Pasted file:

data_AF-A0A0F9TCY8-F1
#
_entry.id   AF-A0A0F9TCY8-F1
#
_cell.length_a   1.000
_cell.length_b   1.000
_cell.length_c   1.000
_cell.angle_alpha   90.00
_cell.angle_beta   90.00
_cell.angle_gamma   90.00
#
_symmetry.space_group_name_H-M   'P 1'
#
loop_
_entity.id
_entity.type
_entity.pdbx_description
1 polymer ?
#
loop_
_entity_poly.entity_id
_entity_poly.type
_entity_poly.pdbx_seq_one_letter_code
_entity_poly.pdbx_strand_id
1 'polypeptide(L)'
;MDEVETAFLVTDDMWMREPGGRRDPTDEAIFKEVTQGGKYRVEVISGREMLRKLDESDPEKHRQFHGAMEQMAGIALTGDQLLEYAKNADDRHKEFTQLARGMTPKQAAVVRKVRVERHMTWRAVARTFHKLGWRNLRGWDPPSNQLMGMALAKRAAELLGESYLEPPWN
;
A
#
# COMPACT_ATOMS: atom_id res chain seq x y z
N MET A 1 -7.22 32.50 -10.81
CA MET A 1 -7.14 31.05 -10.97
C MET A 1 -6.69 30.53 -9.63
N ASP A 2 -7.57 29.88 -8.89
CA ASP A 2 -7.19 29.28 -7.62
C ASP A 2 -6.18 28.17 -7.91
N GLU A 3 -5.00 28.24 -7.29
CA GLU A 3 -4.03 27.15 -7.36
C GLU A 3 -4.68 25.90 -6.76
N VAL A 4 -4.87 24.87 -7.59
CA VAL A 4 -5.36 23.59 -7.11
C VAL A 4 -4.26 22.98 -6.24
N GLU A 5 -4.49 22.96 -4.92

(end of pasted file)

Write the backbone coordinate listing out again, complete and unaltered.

data_AF-A0A0F9TCY8-F1
#
_entry.id   AF-A0A0F9TCY8-F1
#
_cell.length_a   1.000
_cell.length_b   1.000
_cell.length_c   1.000
_cell.angle_alpha   90.00
_cell.angle_beta   90.00
_cell.angle_gamma   90.00
#
_symmetry.space_group_name_H-M   'P 1'
#
loop_
_entity.id
_entity.type
_entity.pdbx_description
1 polymer ?
#
loop_
_entity_poly.entity_id
_entity_poly.type
_entity_poly.pdbx_seq_one_letter_code
_entity_poly.pdbx_strand_id
1 'polypeptide(L)'
;MDEVETAFLVTDDMWMREPGGRRDPTDEAIFKEVTQGGKYRVEVISGREMLRKLDESDPEKHRQFHGAMEQMAGIALTGDQLLEYAKNADDRHKEFTQLARGMTPKQAAVVRKVRVERHMTWRAVARTFHKLGWRNLRGWDPPSNQLMGMALAKRAAELLGESYLEPPWN
;
A
#
# COMPACT_ATOMS: atom_id res chain seq x y z
N MET A 1 -7.22 32.50 -10.81
CA MET A 1 -7.14 31.05 -10.97
C MET A 1 -6.69 30.53 -9.63
N ASP A 2 -7.57 29.88 -8.89
CA ASP A 2 -7.19 29.28 -7.62
C ASP A 2 -6.18 28.17 -7.91
N GLU A 3 -5.00 28.24 -7.29
CA GLU A 3 -4.03 27.15 -7.36
C GLU A 3 -4.68 25.90 -6.76
N VAL A 4 -4.87 24.87 -7.59
CA VAL A 4 -5.36 23.59 -7.11
C VAL A 4 -4.26 22.98 -6.24
N GLU A 5 -4.49 22.96 -4.92